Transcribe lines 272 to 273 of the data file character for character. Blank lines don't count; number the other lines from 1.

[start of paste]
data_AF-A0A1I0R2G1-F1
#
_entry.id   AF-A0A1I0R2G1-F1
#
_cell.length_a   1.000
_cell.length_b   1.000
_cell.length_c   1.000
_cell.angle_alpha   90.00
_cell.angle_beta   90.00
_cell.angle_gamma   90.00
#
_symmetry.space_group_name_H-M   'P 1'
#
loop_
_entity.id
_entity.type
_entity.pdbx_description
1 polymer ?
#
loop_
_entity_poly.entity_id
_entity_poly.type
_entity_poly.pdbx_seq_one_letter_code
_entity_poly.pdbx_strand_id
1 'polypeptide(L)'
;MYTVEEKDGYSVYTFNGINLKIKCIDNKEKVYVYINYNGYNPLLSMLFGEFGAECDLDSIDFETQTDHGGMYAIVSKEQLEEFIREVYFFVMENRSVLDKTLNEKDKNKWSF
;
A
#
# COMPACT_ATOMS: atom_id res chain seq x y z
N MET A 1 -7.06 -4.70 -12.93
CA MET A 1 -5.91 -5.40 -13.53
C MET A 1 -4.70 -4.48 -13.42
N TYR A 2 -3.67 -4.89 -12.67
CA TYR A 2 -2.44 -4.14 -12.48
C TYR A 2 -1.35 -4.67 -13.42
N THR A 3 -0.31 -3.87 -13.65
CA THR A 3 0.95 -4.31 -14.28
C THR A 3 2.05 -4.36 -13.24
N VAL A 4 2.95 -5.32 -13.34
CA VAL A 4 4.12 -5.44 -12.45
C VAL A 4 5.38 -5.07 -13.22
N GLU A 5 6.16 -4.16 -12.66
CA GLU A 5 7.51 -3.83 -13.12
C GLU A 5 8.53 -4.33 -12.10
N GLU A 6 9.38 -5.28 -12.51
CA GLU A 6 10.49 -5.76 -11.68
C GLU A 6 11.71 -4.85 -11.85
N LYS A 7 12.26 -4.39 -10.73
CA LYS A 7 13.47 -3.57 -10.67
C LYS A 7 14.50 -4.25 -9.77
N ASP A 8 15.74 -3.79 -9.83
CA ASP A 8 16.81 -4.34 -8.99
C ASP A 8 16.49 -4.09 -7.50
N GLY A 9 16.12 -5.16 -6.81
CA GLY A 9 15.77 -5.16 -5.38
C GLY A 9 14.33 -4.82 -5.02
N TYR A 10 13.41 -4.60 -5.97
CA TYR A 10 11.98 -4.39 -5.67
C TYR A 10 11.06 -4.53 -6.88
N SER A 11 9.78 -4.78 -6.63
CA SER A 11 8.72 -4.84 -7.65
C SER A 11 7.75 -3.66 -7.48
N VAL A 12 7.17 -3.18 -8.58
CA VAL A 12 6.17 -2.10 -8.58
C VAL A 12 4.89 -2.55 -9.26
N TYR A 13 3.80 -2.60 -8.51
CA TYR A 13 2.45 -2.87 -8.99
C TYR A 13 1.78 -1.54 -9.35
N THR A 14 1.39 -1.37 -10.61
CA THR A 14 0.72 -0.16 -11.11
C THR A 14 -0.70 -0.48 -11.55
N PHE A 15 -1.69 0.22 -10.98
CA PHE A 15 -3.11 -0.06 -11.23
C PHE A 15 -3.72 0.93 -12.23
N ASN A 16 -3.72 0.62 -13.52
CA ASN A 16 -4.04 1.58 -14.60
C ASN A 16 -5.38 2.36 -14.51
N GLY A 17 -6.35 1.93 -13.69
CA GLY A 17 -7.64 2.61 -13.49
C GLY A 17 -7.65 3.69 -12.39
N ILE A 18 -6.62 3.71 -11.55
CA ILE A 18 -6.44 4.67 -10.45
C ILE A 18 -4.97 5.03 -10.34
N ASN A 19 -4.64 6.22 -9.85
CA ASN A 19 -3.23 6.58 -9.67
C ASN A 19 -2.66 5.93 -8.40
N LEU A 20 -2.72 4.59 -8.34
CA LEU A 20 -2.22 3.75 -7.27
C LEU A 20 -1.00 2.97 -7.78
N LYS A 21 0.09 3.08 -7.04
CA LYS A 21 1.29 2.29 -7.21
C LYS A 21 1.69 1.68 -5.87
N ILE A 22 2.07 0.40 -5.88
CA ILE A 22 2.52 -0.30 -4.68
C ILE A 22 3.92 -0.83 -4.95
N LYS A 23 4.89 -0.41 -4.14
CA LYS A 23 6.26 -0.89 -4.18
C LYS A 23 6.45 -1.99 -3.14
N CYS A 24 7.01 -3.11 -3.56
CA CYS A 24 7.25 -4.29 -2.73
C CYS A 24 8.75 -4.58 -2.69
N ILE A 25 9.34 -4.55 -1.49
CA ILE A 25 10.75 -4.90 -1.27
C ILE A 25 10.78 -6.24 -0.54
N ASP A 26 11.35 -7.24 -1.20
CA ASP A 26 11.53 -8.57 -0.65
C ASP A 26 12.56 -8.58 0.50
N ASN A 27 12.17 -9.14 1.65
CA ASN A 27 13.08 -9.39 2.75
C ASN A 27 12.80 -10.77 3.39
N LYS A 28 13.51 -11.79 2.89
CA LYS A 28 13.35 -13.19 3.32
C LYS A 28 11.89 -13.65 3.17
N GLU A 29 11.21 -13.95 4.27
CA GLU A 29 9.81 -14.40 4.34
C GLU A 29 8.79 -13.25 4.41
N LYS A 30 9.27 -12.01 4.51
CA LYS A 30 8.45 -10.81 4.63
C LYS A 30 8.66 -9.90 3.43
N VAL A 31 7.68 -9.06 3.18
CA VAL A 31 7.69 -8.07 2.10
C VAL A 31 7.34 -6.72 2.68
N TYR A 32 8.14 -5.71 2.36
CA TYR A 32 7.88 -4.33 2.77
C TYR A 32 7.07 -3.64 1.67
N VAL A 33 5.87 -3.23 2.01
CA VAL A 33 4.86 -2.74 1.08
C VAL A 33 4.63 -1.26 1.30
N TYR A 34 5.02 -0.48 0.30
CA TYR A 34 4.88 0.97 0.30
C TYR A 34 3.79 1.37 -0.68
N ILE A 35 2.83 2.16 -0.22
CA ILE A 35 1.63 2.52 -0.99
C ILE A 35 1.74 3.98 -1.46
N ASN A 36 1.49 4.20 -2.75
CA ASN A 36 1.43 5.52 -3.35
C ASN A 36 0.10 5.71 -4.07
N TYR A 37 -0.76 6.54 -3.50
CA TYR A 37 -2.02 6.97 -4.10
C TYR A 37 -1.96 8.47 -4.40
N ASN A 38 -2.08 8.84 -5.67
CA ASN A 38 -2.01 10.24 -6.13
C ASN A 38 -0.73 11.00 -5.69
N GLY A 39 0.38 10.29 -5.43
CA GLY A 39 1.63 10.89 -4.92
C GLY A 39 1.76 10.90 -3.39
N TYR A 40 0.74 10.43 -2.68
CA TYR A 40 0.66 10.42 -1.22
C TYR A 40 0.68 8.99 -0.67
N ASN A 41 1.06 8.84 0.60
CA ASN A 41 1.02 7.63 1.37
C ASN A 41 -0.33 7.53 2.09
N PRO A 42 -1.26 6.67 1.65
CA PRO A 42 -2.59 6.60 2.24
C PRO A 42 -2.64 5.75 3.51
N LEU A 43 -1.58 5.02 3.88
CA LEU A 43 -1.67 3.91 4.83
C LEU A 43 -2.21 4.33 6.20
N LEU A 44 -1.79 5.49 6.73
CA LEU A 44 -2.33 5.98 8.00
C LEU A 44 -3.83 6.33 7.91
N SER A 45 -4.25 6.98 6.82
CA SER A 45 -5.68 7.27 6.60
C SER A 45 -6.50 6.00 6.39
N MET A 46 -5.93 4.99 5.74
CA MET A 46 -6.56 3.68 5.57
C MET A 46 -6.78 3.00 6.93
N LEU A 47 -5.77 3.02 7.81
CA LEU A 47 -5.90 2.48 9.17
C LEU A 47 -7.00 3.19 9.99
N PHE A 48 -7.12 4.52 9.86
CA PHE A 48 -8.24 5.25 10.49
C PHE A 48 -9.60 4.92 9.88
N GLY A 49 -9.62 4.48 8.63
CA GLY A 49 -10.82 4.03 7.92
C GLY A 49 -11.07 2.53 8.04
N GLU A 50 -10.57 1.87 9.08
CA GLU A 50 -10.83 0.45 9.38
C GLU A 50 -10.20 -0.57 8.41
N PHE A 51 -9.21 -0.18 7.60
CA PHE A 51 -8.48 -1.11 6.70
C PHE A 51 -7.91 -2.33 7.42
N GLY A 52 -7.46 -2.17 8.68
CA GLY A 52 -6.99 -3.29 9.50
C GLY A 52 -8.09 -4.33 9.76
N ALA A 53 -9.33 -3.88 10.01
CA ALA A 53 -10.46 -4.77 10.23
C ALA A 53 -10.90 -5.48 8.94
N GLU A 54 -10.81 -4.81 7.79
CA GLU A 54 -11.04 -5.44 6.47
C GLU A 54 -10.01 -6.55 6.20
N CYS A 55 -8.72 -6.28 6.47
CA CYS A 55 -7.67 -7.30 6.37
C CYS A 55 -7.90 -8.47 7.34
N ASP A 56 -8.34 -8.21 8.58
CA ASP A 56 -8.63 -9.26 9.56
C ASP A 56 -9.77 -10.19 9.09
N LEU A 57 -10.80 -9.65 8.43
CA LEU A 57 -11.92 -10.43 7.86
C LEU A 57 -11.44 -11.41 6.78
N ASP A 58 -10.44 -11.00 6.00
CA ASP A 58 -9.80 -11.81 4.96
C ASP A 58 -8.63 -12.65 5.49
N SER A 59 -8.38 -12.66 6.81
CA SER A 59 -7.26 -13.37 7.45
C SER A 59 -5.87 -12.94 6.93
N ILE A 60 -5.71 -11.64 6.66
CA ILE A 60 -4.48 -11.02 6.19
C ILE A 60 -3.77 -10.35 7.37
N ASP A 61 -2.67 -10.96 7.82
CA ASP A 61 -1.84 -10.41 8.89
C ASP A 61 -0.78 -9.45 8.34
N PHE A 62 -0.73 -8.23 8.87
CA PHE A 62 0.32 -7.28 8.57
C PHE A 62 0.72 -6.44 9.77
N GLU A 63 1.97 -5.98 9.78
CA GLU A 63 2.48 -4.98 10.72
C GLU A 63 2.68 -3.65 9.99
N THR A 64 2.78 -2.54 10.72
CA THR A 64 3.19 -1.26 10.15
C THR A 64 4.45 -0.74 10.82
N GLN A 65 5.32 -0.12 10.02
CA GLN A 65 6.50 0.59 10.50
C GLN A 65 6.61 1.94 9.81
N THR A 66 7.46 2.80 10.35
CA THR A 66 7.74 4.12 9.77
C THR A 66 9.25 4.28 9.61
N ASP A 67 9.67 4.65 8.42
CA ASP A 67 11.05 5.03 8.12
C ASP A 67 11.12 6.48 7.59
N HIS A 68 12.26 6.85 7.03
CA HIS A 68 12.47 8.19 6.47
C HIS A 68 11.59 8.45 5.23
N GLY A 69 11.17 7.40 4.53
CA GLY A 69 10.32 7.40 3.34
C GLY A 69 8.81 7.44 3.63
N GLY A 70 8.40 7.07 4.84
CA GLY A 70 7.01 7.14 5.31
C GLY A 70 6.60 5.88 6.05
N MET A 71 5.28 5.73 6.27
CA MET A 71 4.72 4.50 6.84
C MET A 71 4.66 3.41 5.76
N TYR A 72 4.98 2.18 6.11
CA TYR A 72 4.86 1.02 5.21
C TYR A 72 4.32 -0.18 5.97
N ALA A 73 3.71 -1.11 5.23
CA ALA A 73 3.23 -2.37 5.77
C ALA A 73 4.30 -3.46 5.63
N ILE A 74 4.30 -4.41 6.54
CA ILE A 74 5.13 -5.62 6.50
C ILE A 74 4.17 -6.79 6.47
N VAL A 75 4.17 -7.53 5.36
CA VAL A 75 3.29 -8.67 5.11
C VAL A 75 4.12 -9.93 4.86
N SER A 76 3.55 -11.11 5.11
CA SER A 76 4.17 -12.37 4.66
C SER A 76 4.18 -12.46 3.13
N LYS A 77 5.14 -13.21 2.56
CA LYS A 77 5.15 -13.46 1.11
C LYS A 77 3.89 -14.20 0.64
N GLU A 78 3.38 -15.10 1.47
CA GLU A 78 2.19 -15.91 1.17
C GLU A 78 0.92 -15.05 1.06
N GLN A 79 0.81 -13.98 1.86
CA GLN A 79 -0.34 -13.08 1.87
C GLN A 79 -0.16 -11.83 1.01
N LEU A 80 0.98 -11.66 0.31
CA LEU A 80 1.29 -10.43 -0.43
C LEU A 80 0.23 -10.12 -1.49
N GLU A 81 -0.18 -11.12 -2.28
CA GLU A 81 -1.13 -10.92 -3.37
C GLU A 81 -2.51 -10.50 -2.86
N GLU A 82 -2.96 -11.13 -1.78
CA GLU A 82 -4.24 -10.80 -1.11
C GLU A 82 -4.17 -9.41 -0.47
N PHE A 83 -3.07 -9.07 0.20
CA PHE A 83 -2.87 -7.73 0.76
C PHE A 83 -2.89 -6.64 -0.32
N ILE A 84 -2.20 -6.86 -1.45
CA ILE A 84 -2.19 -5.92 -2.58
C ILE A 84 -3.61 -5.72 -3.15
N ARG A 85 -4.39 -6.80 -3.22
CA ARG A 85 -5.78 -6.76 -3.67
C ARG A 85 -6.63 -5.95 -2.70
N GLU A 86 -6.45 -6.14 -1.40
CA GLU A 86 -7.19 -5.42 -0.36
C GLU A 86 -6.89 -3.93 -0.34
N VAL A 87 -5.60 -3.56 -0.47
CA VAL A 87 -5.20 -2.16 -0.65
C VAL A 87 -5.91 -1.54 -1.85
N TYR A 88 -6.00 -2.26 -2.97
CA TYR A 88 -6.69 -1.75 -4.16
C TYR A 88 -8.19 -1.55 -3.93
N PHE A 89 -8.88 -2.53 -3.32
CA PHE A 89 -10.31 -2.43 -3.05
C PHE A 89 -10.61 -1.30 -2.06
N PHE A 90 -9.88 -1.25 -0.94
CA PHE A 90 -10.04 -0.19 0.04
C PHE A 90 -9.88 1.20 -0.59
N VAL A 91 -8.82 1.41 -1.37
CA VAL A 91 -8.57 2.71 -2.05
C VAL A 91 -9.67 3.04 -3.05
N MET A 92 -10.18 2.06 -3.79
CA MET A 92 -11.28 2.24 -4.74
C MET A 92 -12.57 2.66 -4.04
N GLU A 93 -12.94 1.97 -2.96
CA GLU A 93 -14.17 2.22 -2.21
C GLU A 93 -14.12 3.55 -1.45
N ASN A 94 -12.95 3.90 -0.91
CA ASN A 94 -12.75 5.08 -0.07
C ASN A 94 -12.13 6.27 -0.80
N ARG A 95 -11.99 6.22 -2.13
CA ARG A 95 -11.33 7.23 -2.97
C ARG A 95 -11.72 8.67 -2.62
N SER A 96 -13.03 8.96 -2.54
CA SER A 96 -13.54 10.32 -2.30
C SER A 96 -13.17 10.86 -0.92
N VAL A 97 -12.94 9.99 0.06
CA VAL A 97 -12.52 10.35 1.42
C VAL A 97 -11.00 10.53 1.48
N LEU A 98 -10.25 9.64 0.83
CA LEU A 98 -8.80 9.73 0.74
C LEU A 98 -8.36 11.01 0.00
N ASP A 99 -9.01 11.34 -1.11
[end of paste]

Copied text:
CA GLU A 81 -1.13 -10.92 -3.37
C GLU A 81 -2.51 -10.50 -2.86